I usually look forward to the whole back-to-school routine, but this year it has a different ring to it. My son is repeating first grade, and I think it’s my fault.
In the big picture, it’s probably not as big as it feels right now.
But there is no worse feeling than knowing that your child needs to take a step back because of your decisions. Even though you thought you were doing the right thing at the time.
In hindsight, it’s clear. He was just a few days within the cutoff to start kindergarten. He was still 4 when he went, turning 5 about a month after school started. (The cutoff has since changed.)
His pre-K teacher said he was ready (though we knew the responsibility of the decision was ours). He was soaring academically, and I got caught up in the pride of that. Wow, we must be great parents! I thought…
I just assumed his maturity would catch up to the academics. And to be honest, I was also really looking forward to not paying another full year of daycare.
So he went to Kindergarten.
I remember in the break room one day, I had a conversation with a coworker whose child was the same age. She seemed uneasy that we were starting kindergarten, and she seemed to wonder about her decision to wait another year. But she just didn’t think her son was ready yet.
I even said “please don’t worry, you’re doing what’s right for your son, and that’s never a bad thing.”
And now my own words come screaming back to me….
“You’re doing what’s right for your son, and that’s never a bad thing.” Painful as it is.
He did okay in Kindergarten. He was the little guy, literally. The youngest of all 3 classes. I had a few meetings with his teacher during the year to help come up with ways to get him to focus a little more. He was also pretty active in class, physically.
Typical of his age, I thought. He’s new to school and it’ll be fine.
There weren’t any real problems until he started first grade.
It was a lot of the same. Rolling around on the carpet at reading time, blurting out Super Mario stories during class time. Getting in and out of his seat. Twirling in the hallway. Talking during class. Incomplete work sent home.
He was seen as “the baby” of the class by then, and his older classmates took to helping him out with packing up his backpack and helping him get his supplies out.
I’m so relieved that he wasn’t bullied and that they took care of him instead. But in the end, he came to rely on that help. He still just wanted to play all day at school.
He made great strides in the last 3 months of school last year. But it’s decision time.
If we continue him on, he’ll be playing catch up for most of the year. Physically, socially, and the other kids will soon be less tolerant of helping him. I also think he gets discouraged academically in a class with older kids. And he doesn’t have any ultra-close friendships that would suffer much.
So we have elected to hold him in first grade. We thought about it over and over again, and it was agonizing and hard and we dismissed the option immediately when we first knew of the possibility…. But we know in the end it’s the best thing for him.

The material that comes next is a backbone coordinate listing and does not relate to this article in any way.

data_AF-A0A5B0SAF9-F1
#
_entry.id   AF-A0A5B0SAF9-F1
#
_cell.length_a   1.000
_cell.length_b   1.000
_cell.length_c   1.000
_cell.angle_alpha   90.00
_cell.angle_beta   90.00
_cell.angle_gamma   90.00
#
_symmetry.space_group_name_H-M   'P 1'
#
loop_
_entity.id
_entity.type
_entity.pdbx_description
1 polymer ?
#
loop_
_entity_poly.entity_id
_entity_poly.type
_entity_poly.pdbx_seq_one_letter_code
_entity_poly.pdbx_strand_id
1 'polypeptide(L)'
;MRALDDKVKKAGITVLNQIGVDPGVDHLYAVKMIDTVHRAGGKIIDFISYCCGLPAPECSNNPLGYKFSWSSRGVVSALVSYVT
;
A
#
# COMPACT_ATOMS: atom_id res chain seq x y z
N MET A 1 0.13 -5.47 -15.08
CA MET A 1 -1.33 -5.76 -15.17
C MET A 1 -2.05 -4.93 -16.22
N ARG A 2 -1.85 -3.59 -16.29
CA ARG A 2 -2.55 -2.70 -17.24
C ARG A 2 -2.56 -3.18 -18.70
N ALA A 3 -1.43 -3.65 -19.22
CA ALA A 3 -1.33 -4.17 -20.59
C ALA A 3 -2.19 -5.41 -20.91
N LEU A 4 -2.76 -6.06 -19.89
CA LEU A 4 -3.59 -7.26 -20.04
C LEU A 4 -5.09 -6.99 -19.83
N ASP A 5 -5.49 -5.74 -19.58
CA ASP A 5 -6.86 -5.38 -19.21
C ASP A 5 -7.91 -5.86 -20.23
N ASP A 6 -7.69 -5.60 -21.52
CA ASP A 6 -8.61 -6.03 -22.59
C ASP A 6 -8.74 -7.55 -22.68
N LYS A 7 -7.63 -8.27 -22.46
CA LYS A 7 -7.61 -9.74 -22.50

We went out and did the back-to-school shopping, and he was excited to pick out a new backpack and lunchbox. And we’ve had a nice fun summer. He didn’t seem too worried about it.
At the breakfast table recently, I asked him if he was excited about the first day, and his eyes welled up with tears and he began to cry. He said he was scared to go back to first grade again. And I wanted to sink down into the floor. Again I say, there is no worse feeling than knowing your child has to take a step back because of a decision you made.
So we’ve had a long talk about being brave when you are scared. And how even though his job at school is very important, some of the best things in life aren’t measured there. Things like kindness, a pure heart, giving and being a good friend. And how Jesus is with us the whole time, no matter what.
Friends, take it from me.
Kids don’t have to do more and more the younger they are. You could have a total brainiac on your hands, but maturity is a really important part of that. Maturity impeded academics in our case. Do what’s right for them, not your parenting ego. You might be sitting across from your child at the breakfast table one day wishing you could get that extra year of childcare back.
(And pssst if you are also in our shoes…. Ellen DeGeneres repeated Kindergarten. She hasn’t done so bad. Bill Gates hated school in the beginning. And every comedian known to man probably had ADD. Kids need to know what’s expected of them, but I think we’ll be alright.)
My son is still as sweet as the day is long, and I am unbelievably proud of him. He is a very helpful and loving big brother, and he makes me laugh a thousand times a day.
And on the first day of school, we’ll post our back to school pictures and hold our heads up high.
Here’s to another big year of learning. For BOTH of us!
**For an update on how our first day of school went (and helpful comments from others that went through it), see Repeating First Grade-Part 2
**For an update on the last day of school, see Repeating First Grade-Success!
For an update 3 years later: Repeating First Grade, an update